> so this is not a concern.
I think that's problematic. There are some projects to advance
humanity stuck in closed-development, sometimes for honorable
not-profit-motivations. Take radar development for example. Or, AI
development. The last one is a hot-button topic, but I think AI
development has to be relegated to those careful to avoid AI hating
Some projects have a goal besides open source or profit. I really like
Star Citizen*. They show us EVERYTHING, except their source. Obviously
they can't because what they are trying to do, Requires modding closed
source software. It's very open, even if it's very closed. If an
organization like that wants to contribute to the development of some
libre software they are borrowing, we should recognize them. Maybe if
we buildup a strong rapport with them, they'll release their game into
the public domain one day just to say 'thankz, for all the lulz'.
>> [blah blah, about choosing between proprietary and free software]
> i don't understand where you're going with this. what is the main point?
Most projects will be hardware projects and, like with your decision
not to use kicad, there will be many incidences where open projects
need to decide between modding-up open software or using proprietary
software. Occasionally, the former is just not practical.
A standards organization, would do best to make sure they weighed both
possibilities realistically and didn't just assume one or the other
was more practical.
>> Another practice that kindof ties in with the other one, and an often
>> unsung aim of the GNU project as a whole, is make programming easier.
> to make *programming* easier or to make *collaboration* easier?
Both. Most languages today are pretty esoteric, even today. And, the
problem isn't so much with the docs, as these languages were designed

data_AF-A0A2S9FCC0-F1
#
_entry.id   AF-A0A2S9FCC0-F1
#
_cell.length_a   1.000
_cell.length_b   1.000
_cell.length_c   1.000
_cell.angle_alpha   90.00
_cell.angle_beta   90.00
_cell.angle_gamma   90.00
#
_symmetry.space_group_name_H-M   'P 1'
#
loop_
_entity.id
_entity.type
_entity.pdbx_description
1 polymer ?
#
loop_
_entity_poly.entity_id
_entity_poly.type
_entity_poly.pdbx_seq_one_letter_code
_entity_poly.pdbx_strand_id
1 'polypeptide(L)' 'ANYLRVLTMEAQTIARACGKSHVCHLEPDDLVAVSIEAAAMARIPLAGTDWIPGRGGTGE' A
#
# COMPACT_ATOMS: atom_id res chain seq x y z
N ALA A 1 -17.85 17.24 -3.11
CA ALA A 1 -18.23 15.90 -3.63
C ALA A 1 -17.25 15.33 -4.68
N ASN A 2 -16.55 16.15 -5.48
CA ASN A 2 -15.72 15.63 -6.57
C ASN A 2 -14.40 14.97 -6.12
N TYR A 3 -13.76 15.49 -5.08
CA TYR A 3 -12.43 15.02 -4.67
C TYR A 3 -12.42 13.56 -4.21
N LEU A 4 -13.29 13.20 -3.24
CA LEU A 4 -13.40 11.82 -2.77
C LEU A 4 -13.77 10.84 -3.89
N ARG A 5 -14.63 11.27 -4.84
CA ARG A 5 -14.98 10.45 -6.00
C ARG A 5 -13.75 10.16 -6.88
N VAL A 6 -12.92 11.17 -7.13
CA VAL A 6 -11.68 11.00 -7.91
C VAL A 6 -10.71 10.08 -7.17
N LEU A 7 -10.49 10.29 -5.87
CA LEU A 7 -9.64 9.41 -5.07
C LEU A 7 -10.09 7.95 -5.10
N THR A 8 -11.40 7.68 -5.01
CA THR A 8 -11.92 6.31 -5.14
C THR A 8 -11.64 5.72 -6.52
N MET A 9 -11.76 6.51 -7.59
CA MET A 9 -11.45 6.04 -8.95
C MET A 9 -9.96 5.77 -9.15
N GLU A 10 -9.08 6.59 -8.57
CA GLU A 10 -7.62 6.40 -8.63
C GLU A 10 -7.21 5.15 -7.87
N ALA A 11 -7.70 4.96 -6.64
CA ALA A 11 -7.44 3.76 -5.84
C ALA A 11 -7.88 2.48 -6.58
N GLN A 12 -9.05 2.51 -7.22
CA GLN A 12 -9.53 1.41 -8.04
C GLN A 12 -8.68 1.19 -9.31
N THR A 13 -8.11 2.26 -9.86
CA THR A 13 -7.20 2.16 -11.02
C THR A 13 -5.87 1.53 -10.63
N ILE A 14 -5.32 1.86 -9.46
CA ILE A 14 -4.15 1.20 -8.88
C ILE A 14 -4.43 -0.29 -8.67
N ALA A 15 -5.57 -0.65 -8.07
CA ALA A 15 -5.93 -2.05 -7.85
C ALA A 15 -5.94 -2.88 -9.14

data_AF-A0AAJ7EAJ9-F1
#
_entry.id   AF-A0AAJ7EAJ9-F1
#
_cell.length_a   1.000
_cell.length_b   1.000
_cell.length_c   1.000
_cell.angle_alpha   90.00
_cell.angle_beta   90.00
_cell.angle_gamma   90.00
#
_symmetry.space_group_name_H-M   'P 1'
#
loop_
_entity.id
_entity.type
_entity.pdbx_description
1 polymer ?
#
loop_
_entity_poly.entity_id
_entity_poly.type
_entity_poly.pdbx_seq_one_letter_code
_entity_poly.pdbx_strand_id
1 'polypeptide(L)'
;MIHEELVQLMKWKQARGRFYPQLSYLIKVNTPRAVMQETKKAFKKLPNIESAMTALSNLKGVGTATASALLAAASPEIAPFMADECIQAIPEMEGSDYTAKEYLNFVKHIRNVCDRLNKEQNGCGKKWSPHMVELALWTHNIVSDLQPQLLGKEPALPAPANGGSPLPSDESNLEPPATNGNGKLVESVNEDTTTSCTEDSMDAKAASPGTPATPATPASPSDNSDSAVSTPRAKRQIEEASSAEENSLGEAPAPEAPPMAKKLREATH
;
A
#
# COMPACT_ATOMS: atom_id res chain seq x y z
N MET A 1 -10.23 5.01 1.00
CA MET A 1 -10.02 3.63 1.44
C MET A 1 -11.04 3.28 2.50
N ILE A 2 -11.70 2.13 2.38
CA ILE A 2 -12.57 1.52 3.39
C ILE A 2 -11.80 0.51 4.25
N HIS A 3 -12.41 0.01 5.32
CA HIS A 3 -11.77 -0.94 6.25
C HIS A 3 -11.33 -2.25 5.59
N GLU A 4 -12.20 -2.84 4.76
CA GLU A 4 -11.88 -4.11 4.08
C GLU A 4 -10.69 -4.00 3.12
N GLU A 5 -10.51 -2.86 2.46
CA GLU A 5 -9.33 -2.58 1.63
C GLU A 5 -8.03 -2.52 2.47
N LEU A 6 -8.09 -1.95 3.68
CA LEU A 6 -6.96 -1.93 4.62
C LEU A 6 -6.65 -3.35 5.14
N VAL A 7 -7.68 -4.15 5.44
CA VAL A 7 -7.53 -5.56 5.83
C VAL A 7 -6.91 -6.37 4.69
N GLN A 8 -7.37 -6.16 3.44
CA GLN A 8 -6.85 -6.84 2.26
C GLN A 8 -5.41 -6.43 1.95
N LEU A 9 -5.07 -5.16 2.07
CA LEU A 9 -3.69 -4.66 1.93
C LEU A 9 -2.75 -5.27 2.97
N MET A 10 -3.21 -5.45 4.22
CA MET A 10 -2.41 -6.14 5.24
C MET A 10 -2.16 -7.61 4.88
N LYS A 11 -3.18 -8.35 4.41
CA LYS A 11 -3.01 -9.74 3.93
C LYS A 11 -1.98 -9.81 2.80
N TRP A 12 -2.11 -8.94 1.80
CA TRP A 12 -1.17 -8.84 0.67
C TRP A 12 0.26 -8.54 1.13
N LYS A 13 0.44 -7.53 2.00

for people that already new another language equally esoteric, etc.
I would think Lisp's resurgence (as well as developing Guile) is a
demonstration of GNU trying to break away from that paradigm.
>> [blah blah blah about making programming easier]
> again, i feel that it is not appropriate to tell people these kinds
> of things, as it would be a restriction on what they do and learn.
> counter-example: some projects *have* to have a large code-base, by
> definition of their goals and scope.
I recognize that intuitive isn't always concise, but often it is.
I only mean concise when it means intuitive.
If a projects roadmap demands a large code base that is
highly-esoteric and unintuitive, then that exhibits fault in the
I'm not suggesting any project change to prioritize this. To the
contrary, I think I was quite clear: a project should only dedicate
'extra' resources to this type of endeavor.
>> This is just a rough start, but I wanted to post it here and get
>> feedback before putting it on the wiki.
> wrong focus / direction, john.
> the first step *really is* to quite literally copy - verbatim - the
> gnu devel.html page and "generify" it.
No one will want to advice from an organization that bible thumps the
same points, much less financially support them in exchange for doing
I think it is important to develop universally acceptable principles
(i.e. things people find interesting to hear, but not necessarily want
to hear) which are useful.
> where it says "we recommend savannah" put instead "we recommend the
> use of a Libre Hosting Service which has a minimum criteria of an A,
> as defined by the FSF's Hosting Criteria".
Eh, 0-to-1. Redundancy is nice, but can be confusing. I think it would
probably more effective to just let any libre hosting service which
has criteria A call themselves savanna, but I don't think were a
person stores their code should be a huge point of tension.
Ultimately, in a 0-to-1 paradigm, we are trying to develop closer to
perfection, rather than closer to more competitive. Having multiple
types of libre hosting services is like having multiple